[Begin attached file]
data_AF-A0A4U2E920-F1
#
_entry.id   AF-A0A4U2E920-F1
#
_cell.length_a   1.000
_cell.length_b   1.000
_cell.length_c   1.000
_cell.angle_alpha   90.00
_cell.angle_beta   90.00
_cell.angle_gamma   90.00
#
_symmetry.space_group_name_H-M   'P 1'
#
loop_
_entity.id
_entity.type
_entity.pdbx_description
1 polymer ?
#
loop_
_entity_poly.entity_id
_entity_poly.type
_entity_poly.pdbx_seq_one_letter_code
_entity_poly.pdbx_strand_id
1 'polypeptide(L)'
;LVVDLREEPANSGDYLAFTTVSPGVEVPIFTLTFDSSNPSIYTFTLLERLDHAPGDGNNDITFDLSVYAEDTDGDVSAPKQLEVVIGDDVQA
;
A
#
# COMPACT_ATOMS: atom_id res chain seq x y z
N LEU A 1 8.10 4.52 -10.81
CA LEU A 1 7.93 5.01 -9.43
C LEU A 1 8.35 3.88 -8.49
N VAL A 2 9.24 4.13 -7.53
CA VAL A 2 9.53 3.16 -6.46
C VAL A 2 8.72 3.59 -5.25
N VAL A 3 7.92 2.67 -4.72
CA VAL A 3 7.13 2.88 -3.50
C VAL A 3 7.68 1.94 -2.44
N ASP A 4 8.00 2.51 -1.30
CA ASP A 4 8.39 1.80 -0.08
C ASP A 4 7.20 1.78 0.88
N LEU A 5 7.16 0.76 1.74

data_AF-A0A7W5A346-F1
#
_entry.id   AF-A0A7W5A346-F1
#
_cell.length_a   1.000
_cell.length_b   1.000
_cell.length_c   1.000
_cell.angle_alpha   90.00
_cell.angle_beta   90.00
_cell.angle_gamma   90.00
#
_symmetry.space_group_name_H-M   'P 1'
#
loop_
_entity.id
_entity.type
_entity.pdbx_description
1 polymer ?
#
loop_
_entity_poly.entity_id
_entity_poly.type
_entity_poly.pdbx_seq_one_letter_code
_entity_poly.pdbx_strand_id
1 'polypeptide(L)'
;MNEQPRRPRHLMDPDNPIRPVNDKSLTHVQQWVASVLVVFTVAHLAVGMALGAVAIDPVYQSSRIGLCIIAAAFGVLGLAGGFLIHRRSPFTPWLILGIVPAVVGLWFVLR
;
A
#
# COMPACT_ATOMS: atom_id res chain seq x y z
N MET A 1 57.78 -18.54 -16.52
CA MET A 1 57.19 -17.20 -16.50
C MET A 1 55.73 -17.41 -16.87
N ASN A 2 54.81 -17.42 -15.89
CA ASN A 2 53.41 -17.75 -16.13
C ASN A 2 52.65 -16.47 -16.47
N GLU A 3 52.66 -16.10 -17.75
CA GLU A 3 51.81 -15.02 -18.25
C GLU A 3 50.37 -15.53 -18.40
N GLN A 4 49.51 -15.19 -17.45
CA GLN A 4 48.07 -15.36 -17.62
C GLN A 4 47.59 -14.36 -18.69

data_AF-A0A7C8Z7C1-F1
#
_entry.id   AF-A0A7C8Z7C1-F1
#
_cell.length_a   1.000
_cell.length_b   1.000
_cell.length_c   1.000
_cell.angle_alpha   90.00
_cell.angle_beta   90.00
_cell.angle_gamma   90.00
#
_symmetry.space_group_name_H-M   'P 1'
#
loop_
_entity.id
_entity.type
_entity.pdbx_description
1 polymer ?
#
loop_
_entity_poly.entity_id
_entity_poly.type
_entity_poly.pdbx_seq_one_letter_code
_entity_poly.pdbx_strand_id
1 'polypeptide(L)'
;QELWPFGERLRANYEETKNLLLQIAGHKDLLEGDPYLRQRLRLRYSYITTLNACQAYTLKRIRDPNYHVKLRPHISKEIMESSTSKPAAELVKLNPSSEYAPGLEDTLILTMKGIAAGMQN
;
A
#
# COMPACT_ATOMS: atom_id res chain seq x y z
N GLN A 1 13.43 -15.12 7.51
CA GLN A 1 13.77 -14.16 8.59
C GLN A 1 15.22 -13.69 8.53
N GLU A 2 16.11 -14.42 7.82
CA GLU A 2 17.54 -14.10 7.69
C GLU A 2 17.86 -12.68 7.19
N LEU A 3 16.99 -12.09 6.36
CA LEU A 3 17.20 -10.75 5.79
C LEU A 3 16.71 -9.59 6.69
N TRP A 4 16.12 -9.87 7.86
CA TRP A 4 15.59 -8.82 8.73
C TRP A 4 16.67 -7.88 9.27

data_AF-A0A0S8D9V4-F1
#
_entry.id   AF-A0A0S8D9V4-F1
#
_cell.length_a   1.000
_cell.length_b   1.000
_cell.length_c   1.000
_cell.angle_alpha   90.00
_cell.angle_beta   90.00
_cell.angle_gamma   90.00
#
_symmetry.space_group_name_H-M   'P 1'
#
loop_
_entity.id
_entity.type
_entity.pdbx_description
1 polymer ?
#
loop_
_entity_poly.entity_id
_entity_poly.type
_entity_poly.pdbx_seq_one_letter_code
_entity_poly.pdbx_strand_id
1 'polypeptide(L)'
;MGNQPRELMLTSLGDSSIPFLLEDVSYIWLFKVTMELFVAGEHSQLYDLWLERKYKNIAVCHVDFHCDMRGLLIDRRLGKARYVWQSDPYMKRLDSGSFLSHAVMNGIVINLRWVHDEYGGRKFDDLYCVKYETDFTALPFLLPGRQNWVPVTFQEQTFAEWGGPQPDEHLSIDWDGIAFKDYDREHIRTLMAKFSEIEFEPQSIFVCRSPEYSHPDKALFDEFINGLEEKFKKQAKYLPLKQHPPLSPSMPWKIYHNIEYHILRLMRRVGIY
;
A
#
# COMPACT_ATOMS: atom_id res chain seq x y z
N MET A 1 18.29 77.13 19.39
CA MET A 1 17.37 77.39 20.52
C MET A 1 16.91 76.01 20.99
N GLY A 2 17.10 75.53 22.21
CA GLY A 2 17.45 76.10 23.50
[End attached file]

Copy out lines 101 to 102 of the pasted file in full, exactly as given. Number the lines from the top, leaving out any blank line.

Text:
_entity.type
_entity.pdbx_description